Batocchio said...

You said it. One of the all-time greats. He will be missed.

Cap'n Bob Napier said...

I've seen exactly one comic live in concert and it was Carlin, back in the early '70s in San Mateo, CA. Even though I knew the routines by heart, I laughed as much as I did the first time I heard them.

I also recall fondly seeing him as the conductor on Thomas and Friends, which I watched with my little one about 15 years ago.

A great guy and a brilliant, innovative comic.

deluca said...

nicely said Ken. I actually met the man once when I was a lowly NBC page. He was gracious as could be and made me and everyone else around me quickly feel at ease. His legacy is rich and his voice will be missed.

TCinLA said...

When I heard this sad news, only one of the Seven Words went through my mind. Still there.

Fuck.

Mike Barer said...

I think that George was an American Classic. May he rest in peace.

Bitter Animator said...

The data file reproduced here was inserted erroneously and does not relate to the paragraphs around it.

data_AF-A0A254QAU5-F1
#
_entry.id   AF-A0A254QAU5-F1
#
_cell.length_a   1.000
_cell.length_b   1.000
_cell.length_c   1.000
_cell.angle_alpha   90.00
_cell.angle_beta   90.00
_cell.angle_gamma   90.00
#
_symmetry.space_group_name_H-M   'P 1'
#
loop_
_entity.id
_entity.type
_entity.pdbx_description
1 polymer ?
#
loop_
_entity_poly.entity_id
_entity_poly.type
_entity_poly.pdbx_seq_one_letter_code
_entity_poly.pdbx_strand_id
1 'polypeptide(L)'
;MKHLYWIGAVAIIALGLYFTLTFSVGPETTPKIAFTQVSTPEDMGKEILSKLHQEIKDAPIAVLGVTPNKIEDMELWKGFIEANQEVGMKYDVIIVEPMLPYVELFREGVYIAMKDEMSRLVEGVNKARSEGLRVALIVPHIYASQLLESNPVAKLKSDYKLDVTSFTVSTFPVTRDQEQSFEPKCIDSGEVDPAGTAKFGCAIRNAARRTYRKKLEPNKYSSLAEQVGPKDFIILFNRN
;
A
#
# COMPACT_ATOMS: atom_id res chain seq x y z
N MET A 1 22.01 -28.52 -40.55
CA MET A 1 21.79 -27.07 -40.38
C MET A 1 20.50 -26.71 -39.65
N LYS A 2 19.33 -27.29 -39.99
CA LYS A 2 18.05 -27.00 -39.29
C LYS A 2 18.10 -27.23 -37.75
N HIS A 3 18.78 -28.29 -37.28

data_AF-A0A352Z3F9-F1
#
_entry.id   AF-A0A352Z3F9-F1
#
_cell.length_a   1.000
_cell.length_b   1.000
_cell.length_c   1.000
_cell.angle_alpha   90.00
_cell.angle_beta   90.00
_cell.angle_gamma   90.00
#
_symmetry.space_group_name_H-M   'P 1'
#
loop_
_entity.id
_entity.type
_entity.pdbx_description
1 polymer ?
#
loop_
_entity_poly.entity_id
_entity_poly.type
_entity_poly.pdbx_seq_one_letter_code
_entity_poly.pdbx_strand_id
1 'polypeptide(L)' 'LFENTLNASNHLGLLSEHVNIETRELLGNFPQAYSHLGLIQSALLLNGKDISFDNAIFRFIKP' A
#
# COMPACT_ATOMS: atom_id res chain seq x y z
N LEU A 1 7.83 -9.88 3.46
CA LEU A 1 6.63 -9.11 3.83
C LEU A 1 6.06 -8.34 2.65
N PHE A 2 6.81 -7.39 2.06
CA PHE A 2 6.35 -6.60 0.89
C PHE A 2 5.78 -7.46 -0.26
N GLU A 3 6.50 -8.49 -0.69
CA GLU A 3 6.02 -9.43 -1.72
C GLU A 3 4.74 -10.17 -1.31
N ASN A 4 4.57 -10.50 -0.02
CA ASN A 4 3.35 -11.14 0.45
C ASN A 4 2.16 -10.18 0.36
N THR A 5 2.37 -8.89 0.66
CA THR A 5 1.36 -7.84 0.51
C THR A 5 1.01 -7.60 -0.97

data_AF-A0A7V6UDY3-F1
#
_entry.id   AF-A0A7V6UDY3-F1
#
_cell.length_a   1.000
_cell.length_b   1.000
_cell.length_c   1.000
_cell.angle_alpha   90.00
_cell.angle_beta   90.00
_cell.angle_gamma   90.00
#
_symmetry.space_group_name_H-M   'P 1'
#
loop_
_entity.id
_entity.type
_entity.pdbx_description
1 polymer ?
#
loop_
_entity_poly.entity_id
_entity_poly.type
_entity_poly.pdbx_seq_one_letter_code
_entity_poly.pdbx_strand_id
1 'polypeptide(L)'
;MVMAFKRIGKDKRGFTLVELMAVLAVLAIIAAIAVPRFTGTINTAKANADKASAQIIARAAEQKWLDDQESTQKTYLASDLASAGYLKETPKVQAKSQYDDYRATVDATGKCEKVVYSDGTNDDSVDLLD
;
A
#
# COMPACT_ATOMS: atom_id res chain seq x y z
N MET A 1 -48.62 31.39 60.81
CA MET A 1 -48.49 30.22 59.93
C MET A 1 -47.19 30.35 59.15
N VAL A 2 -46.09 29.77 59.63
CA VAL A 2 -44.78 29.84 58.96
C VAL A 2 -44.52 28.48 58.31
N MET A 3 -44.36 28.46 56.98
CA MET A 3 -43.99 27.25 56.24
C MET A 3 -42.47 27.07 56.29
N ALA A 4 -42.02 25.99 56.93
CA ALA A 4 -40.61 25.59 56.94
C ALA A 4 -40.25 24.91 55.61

Yep, a great loss. Bye Mr.Carlin.

Tallulah Morehead said...
This comment has been removed by the author.
Tallulah Morehead said...
This comment has been removed by the author.
Tallulah Morehead said...

I called him a "World Class bullshit Detector" in the tribute piece I posted on my flog as well. Glad I posted it hours earlier.

I respected George for, among so many things, being too smart to fall for The God Lie and not shying away from saying so. He's not saying anything to St. Peter (and would be appalled that anyone said he did) as George knew that he wasn't moving on, passing on, or going to a better place. (Holland?) He's ceased to exist, and we are all the poorer for it.

I never met him, but I always heard that he treated everyone, from star to parking attendant, as an equal. He never talked down.

In my piece, I honored him by employing all 7 words, and a few additional ones. (How did "Asshole" and "Jism" not make the list? NBC will still frown on your using them.)

And then, to lose charming, daffy, delightful Dody Goodman the same day. Too much laughter died today. I did meet Dody a few times, and she was just as off-the-wall, naturally irrepressibly funny in life as on TV.

The world is a lot less funny today.

Cheers anyway.

The Crutnacker said...

I remember hearing bits and pieces of Carlin for years (I was 3 months old when FM and AM was recorded, so I missed its first run) but I didn't really begin to know and love the man until college when I pulled an album off the shelf of WTBU-640 (heard only in a 150 foot radius of the speaker where the station was located) and I heard this:

http://www.youtube.com/watch?v=GKPuDeYaFbs